The dark sides of applying for jobs with proper experience
Applying for jobs ain’t an easy task; it is a dreadful activity, mostly accompanied by an unending series of rejections that put you on a roller coaster of doubt and sucks all of your motivation.
If you’re someone who never had to do this before because your actions spoke for yourself, and you got offered jobs and various opportunities, then, multiply those feelings and increase the questioning and the intensity of the imposter syndrome by at least 100.
The past 10 years were not just you being lucky. That was work. It means you did something well, right?
That something pushed you to challenge yourself more and get once more out of your comfort zone. After going on those international programs in college, after interning for as many NGOs and the coolest projects that didn’t pay you but helped with learnings, after having proved yourself in a corporation for enough years to weigh on your CV, and after trying remote work as well, you decide to move and become an expat in a country you’ve never been to before.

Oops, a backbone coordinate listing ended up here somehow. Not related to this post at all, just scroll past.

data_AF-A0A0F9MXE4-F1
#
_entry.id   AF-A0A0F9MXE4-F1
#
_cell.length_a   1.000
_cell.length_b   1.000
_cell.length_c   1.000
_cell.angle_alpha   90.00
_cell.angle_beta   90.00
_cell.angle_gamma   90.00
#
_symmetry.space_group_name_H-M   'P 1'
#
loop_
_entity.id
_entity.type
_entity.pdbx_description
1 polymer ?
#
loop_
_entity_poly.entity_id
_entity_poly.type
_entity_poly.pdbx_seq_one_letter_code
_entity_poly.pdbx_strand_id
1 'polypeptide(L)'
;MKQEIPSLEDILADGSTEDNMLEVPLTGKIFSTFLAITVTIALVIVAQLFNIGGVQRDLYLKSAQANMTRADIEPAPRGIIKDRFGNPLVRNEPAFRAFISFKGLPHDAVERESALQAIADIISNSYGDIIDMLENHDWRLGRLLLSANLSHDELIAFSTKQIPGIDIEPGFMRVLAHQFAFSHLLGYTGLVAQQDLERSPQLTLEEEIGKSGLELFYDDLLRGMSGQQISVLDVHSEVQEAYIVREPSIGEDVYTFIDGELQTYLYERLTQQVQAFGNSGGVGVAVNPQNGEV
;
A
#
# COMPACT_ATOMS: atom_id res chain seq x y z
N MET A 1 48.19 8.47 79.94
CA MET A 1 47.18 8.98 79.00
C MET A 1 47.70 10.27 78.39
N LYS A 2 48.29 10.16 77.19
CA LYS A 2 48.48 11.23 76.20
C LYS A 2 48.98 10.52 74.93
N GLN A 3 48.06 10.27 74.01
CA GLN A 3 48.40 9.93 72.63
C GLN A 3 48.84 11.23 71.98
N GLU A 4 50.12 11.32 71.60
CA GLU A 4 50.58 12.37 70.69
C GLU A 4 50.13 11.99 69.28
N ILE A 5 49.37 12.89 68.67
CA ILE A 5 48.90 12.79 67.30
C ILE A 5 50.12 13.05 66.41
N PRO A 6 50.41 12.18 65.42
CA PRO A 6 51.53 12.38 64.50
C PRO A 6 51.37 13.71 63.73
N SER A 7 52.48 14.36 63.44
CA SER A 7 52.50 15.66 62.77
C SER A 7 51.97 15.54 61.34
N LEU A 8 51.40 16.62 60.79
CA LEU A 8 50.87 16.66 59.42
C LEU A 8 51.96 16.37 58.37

Congrats! You have what to write on the 2nd page of your CV, especially since you’re really passionate about what you’re doing, it matches your studies and proves that much-desired consistency.
Getting the dream job
You finally feel that all that hard work can help you get your dream job. All those books, all that networking, the curiosity, the thinking outside the box, and your age should all qualify you for at least a middle management position.
Of course, you also had a management position, you had to hire interns, train juniors, was a project manager without ever having the title.
Oh, and when it comes to titles, we all know you actually did way more than that soulless title you had in your signature.